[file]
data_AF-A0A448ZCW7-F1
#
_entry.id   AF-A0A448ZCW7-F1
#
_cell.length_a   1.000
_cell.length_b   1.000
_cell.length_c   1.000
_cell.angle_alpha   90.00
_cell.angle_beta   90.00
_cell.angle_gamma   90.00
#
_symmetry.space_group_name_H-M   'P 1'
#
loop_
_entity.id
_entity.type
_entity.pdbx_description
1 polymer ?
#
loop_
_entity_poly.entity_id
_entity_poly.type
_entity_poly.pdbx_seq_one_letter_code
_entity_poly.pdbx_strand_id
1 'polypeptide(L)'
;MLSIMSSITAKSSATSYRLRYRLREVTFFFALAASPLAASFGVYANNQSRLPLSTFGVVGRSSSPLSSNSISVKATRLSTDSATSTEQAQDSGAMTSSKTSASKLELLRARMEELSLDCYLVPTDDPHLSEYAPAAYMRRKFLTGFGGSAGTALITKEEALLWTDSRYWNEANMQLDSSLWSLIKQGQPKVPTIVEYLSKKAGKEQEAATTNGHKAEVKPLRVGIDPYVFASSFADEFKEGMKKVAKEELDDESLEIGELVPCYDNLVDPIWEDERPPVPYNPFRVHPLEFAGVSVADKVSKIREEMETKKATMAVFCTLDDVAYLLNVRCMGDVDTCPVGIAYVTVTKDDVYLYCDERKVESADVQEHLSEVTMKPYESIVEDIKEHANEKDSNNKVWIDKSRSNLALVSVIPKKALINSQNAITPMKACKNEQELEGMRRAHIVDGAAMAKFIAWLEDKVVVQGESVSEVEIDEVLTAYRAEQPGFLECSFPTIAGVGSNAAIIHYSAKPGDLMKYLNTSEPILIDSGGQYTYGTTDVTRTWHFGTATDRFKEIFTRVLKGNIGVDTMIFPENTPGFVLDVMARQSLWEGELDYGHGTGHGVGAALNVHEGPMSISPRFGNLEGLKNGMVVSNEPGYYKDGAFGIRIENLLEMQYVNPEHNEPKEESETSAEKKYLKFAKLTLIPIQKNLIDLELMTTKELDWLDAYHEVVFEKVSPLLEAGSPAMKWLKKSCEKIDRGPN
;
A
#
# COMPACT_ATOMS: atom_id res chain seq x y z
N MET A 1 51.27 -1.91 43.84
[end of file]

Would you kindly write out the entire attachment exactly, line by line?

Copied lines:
data_AF-A0A448ZCW7-F1
#
_entry.id   AF-A0A448ZCW7-F1
#
_cell.length_a   1.000
_cell.length_b   1.000
_cell.length_c   1.000
_cell.angle_alpha   90.00
_cell.angle_beta   90.00
_cell.angle_gamma   90.00
#
_symmetry.space_group_name_H-M   'P 1'
#
loop_
_entity.id
_entity.type
_entity.pdbx_description
1 polymer ?
#
loop_
_entity_poly.entity_id
_entity_poly.type
_entity_poly.pdbx_seq_one_letter_code
_entity_poly.pdbx_strand_id
1 'polypeptide(L)'
;MLSIMSSITAKSSATSYRLRYRLREVTFFFALAASPLAASFGVYANNQSRLPLSTFGVVGRSSSPLSSNSISVKATRLSTDSATSTEQAQDSGAMTSSKTSASKLELLRARMEELSLDCYLVPTDDPHLSEYAPAAYMRRKFLTGFGGSAGTALITKEEALLWTDSRYWNEANMQLDSSLWSLIKQGQPKVPTIVEYLSKKAGKEQEAATTNGHKAEVKPLRVGIDPYVFASSFADEFKEGMKKVAKEELDDESLEIGELVPCYDNLVDPIWEDERPPVPYNPFRVHPLEFAGVSVADKVSKIREEMETKKATMAVFCTLDDVAYLLNVRCMGDVDTCPVGIAYVTVTKDDVYLYCDERKVESADVQEHLSEVTMKPYESIVEDIKEHANEKDSNNKVWIDKSRSNLALVSVIPKKALINSQNAITPMKACKNEQELEGMRRAHIVDGAAMAKFIAWLEDKVVVQGESVSEVEIDEVLTAYRAEQPGFLECSFPTIAGVGSNAAIIHYSAKPGDLMKYLNTSEPILIDSGGQYTYGTTDVTRTWHFGTATDRFKEIFTRVLKGNIGVDTMIFPENTPGFVLDVMARQSLWEGELDYGHGTGHGVGAALNVHEGPMSISPRFGNLEGLKNGMVVSNEPGYYKDGAFGIRIENLLEMQYVNPEHNEPKEESETSAEKKYLKFAKLTLIPIQKNLIDLELMTTKELDWLDAYHEVVFEKVSPLLEAGSPAMKWLKKSCEKIDRGPN
;
A
#
# COMPACT_ATOMS: atom_id res chain seq x y z
N MET A 1 51.27 -1.91 43.84